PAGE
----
A confused series of events led up to the disturbances on Saturday night. Involved was the question of where to hold a memorial service and the Council's refusal of Wardown Park. Also there was general unrest among veterans combined with the excitement of the national Peace Day celebrations.
Cuttings from The Luton News after the riot tell the grim story.
The time is early afternoon July 19th, 1919. The place is George Street, Luton.
"A procession led by a detachment representing the Comrades of the Great War headed the column. A halt was called in front of the Town Hall.
"The Mayor [Councillor Henry Impey], wearing his robes and chain of office came to the edge of the pavement and proceeded to read the King's Peace Proclamation, and briefly to address the discharged men. His appearance was the signal for a hostile demonstration on the part of the crowd, cheering being turned into jeering.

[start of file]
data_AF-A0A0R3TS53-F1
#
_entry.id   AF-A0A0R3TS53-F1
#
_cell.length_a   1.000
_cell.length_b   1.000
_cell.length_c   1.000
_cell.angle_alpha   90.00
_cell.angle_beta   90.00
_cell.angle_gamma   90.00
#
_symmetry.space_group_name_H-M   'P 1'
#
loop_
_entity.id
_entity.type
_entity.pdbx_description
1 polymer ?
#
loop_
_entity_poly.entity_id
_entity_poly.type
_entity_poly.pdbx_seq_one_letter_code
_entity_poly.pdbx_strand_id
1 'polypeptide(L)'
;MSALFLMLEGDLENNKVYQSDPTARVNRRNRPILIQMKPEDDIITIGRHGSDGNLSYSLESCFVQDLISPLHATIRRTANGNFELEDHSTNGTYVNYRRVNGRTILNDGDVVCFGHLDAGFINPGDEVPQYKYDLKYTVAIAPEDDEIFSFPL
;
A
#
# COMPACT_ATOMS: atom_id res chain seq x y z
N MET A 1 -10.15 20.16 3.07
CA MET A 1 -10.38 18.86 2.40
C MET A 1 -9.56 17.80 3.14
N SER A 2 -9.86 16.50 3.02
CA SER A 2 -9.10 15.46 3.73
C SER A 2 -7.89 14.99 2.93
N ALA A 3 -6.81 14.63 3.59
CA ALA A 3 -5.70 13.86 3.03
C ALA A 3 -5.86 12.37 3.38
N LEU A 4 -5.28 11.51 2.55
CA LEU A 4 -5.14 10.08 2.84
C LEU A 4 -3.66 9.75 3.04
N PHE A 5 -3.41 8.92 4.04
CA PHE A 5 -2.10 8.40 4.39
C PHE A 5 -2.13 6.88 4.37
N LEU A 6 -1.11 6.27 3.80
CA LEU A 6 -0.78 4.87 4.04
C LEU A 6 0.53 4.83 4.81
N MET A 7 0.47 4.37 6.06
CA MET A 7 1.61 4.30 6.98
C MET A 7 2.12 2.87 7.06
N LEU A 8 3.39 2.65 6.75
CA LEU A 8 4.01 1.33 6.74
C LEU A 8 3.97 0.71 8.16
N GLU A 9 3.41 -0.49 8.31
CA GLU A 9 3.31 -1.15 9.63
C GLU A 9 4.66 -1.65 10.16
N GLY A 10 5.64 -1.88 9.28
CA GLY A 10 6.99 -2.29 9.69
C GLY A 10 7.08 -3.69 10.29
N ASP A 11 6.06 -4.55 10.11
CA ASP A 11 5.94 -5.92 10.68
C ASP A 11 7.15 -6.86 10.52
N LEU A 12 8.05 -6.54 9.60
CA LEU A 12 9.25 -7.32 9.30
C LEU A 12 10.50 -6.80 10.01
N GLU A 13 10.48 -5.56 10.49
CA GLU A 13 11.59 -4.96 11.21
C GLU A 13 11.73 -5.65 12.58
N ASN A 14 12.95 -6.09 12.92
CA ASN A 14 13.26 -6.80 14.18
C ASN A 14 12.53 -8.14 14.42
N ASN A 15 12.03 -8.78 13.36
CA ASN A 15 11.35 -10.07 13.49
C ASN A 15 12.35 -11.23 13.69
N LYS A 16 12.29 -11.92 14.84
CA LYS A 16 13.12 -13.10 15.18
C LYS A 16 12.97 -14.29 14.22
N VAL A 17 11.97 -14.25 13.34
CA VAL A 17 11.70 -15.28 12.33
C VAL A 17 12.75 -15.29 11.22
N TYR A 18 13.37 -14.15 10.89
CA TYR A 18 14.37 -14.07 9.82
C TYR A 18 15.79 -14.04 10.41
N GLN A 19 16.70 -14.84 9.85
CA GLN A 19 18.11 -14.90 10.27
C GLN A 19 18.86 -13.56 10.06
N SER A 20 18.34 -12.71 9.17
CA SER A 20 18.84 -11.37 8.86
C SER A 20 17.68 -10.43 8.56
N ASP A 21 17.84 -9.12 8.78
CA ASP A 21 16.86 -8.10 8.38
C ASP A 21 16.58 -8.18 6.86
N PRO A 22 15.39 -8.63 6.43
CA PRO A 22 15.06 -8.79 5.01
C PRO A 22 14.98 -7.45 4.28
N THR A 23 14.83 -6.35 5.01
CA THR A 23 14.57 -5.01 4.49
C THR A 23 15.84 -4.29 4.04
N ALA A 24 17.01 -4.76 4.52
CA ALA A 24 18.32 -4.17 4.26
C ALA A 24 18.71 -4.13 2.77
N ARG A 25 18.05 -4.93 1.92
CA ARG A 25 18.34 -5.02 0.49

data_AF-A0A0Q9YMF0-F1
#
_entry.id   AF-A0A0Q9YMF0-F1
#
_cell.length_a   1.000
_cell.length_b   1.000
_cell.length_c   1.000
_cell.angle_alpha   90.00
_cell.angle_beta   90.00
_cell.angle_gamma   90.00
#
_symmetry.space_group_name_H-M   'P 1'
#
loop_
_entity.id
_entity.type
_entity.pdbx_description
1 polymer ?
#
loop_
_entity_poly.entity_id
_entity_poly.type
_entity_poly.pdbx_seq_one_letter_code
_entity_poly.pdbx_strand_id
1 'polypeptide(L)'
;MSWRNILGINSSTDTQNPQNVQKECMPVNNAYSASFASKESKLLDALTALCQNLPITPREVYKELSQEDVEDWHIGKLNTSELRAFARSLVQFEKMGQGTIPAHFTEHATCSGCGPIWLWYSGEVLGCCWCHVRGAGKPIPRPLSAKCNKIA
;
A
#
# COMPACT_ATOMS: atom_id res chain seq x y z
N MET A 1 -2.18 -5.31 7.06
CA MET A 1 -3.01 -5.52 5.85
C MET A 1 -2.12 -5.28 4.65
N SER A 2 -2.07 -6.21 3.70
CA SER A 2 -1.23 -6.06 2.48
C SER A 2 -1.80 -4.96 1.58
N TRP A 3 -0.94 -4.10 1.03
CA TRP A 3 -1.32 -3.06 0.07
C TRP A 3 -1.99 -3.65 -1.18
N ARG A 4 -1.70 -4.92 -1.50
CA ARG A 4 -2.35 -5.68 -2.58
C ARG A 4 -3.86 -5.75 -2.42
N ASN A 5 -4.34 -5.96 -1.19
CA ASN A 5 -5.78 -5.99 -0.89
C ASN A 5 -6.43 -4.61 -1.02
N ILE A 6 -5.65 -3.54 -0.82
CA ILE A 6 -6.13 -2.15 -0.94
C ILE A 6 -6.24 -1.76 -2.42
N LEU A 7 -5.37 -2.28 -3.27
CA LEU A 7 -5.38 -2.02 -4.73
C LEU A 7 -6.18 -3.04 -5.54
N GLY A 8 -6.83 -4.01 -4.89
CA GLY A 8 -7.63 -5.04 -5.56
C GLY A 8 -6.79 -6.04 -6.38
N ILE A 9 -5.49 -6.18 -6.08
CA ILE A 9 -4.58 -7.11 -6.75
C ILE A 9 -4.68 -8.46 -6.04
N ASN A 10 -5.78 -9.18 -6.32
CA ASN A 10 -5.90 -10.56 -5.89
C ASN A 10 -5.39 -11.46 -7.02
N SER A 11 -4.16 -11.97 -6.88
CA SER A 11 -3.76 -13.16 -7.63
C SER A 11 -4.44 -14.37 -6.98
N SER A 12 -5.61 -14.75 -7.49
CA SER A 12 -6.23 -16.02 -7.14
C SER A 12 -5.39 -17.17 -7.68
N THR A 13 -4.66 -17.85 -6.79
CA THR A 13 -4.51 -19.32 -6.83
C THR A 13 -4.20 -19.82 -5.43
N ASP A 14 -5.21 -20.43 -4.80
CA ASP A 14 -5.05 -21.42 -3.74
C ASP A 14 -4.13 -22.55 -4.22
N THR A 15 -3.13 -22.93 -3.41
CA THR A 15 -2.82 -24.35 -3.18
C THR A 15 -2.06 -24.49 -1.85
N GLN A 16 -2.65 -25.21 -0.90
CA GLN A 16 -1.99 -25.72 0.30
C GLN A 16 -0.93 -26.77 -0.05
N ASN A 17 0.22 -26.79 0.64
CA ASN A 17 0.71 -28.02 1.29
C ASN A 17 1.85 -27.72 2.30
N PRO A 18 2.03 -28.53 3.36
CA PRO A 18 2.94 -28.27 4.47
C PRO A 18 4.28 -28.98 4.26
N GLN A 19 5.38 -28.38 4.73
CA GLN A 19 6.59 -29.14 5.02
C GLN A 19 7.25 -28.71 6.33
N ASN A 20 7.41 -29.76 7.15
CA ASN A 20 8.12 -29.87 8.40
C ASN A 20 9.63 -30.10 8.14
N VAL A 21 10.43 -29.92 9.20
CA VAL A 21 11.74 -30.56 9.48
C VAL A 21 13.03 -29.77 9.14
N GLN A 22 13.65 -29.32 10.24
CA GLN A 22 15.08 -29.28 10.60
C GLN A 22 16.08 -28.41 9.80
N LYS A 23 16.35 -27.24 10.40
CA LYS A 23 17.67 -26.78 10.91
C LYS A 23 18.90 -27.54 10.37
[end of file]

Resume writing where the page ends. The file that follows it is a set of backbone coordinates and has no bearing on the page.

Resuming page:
"The attitude of the crowd a little later assumed a distinctly ugly character, and as a precautionary measure Sgt Matsell and three constables took up a position on the steps. There were loud cries for the Mayor, and a section of the spectators advanced and demanded that his Worship and the Town Clerk should come to the front and give explanations of the Corporation's decision in regard to Wardown. The request was not acceded to, and a move was made in the direction of the doors.
"For quite a time Sgt Matsell and his police colleagues, though hustled considerably, held their ground. Finally, overpowered by sheer weight of numbers, the police were rushed and the doors forced open.